Aborigine Sentenced Three Years for Hunting in the Mountains

Aborigine Sentenced Three Years for Hunting in the Mountains
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A Bunun clergyman points out that aboriginals hunting and eating food from the mountains is part of their traditional culture, therefore the government should not punish aborigines for hunting on days that aren’t tribal ceremonies.

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Two years ago, a Bunun called Wang Guang-lu from Hairui Township in Taitung County was hunting Formosan serow (a kind of goat) and Reeve’s muntjac (one of the three rare species of deer in Taiwan) with a shotgun because his 92-year-old mother wanted to eat fresh game.

Wang was caught by the police and sentenced to three years and six months in jail. Chen Cai-yi, a lawyer from Legal Aid Foundation, considered the verdict unacceptable because, “the ruling of this case was even more serious than that of a murder case.”

China Times reports, Wang says normal pork is too greasy and makes his mother nauseous and dizzy. This is why he went hunting in the mountains with a shotgun. He didn’t expect the sentence to be this serious.

The court sentenced Wang to three years and six months in jail, saying he violated the Controlling Guns, Ammunition and Knives Act and Wildlife Conservation Act. The Supreme Court also fined him NT$ 70,000 (approximately US$ 2,138). The case was rendered last month.

CNA reports, the Taitung District Court considered the gun that Wang held to be one that he picked randomly, so it is hard to say if the act had anything to do with the aboriginal culture. It also does not fit into the definition of homemade shotguns in the Controlling Guns, Ammunition and Knives Act. The Supreme Court stood by the decision of the Taitung District Court, so Wang was ruled guilty.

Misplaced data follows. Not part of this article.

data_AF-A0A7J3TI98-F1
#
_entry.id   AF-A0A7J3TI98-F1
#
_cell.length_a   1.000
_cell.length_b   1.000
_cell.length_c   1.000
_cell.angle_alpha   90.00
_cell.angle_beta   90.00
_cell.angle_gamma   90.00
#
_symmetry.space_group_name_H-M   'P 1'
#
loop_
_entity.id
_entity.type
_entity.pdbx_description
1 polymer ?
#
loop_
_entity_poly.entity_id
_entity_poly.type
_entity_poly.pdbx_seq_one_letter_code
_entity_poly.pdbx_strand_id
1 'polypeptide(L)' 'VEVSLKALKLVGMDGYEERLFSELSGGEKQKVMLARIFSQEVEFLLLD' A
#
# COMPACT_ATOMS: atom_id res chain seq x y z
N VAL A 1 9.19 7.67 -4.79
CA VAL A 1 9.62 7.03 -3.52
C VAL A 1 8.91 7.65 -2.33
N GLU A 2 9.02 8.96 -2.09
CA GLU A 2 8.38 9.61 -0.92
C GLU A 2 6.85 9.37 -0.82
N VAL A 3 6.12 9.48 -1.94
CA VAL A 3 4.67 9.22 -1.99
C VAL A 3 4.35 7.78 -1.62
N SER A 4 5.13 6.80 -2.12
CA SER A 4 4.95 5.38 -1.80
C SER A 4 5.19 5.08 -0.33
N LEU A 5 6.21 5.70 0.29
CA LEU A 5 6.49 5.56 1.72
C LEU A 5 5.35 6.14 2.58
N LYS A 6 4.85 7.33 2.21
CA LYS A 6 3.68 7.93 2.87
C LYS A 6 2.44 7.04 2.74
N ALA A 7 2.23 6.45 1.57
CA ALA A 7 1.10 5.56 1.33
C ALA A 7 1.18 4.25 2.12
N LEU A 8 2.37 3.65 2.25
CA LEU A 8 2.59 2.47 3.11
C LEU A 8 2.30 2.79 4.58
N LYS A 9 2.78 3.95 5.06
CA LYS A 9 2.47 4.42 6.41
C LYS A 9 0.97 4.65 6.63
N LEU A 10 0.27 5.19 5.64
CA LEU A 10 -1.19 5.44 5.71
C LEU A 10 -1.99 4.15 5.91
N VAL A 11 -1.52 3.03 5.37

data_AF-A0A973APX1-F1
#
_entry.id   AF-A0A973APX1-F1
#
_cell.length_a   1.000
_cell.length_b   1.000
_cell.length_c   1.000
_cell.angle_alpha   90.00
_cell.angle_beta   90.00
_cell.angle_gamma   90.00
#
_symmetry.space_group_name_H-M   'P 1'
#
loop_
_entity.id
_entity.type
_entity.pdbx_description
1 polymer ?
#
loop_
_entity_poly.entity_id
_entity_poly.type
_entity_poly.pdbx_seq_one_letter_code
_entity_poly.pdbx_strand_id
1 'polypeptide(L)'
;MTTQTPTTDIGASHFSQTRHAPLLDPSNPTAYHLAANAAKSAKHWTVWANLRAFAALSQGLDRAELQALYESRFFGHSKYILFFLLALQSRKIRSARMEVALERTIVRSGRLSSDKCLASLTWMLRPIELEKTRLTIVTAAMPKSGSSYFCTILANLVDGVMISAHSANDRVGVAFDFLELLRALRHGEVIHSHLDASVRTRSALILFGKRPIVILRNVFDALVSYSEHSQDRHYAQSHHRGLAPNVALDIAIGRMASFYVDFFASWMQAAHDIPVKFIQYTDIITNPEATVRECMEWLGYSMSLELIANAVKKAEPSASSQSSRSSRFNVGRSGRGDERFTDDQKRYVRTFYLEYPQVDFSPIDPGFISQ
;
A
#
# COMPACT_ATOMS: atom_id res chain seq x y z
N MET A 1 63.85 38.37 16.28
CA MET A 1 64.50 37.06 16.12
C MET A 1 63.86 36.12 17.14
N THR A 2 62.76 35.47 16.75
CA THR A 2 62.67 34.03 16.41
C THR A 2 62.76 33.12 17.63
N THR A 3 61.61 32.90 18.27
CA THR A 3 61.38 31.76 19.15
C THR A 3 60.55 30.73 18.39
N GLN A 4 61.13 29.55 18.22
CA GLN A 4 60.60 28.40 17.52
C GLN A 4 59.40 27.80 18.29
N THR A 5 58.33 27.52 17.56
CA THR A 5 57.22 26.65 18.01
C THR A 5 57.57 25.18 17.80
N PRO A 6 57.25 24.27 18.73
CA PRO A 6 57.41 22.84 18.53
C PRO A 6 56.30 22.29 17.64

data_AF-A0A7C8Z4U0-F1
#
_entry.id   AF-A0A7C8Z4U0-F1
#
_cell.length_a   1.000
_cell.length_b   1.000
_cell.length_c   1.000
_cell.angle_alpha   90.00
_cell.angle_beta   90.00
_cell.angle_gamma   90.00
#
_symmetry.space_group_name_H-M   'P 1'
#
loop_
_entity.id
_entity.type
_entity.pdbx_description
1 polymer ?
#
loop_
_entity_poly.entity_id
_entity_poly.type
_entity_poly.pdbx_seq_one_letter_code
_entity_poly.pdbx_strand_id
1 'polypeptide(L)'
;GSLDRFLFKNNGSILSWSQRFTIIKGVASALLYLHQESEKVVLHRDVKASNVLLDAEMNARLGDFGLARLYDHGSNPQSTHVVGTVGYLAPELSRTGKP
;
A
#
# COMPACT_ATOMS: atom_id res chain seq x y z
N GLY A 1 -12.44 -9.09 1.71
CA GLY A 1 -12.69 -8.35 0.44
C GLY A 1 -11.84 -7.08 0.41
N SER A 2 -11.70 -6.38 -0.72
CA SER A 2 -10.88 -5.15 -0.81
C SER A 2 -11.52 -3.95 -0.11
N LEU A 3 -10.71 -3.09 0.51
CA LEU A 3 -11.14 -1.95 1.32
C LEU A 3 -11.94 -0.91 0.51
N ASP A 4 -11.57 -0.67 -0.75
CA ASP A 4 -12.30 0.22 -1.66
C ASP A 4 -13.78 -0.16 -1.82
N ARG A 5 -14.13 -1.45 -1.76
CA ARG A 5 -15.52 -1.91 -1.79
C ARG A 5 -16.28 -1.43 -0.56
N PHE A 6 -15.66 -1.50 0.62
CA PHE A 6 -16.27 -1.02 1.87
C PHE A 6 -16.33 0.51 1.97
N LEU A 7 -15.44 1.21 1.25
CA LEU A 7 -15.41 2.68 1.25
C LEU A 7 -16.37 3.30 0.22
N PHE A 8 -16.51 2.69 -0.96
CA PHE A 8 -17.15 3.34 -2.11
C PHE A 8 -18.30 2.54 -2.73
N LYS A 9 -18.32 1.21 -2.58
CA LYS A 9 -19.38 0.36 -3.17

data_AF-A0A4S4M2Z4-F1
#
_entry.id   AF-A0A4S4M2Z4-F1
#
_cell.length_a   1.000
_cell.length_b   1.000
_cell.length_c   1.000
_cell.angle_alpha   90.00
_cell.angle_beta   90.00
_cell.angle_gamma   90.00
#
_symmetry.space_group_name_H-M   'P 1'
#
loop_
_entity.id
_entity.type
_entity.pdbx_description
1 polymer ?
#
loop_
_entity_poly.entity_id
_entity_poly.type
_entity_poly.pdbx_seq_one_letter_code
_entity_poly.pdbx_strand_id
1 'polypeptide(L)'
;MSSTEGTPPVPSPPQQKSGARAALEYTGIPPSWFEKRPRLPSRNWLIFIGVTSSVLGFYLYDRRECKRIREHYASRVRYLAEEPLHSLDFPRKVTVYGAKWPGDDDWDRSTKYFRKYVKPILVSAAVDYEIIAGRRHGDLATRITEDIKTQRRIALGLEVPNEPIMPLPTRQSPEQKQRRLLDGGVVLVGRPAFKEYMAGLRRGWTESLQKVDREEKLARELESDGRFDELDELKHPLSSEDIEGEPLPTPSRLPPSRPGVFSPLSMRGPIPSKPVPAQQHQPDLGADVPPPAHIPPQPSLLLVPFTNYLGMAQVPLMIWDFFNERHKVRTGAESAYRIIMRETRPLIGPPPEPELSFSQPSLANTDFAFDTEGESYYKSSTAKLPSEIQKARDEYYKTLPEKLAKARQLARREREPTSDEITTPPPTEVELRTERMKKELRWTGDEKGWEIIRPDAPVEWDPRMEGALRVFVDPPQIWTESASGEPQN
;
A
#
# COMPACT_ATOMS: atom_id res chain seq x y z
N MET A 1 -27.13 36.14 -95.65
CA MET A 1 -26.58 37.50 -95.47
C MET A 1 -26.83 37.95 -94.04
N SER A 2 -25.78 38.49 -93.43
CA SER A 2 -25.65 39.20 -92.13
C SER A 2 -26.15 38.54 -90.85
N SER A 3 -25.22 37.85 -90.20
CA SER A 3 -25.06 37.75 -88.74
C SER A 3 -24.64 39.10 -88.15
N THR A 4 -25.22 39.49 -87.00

Regarding hunting endangered wildlife, the court believes that Wang was hunting to feed his family, which has nothing to do with cultural festivals or cultural ceremonies, therefore sentenced Wang to seven months in prison.

Chen Cai-yi, lawyer of the Taitung Legal Aid Foundation, says she will form a team of lawyers to appeal for Wang and request constitutional interpretation.

Chen says that elder aboriginals have made it a habit eating wildlife from the mountains all their lives and it is a kind of culture. She will request constitutional interpretation through focusing on this aboriginal culture.

UDN reports, Chen points out that the Controlling Guns, Ammunition and Knives Act has already decriminalized aborigines of holding firearms. But once the case is rendered, aboriginal cultures and indigenous people will all be affected in the future.

A Bunun clergyman points out that aboriginals hunting and eating food from the mountains is part of their traditional culture, therefore the government should not punish aborigines for hunting on days that aren’t tribal ceremonies.

Translated by June
Edited by Olivia Yang

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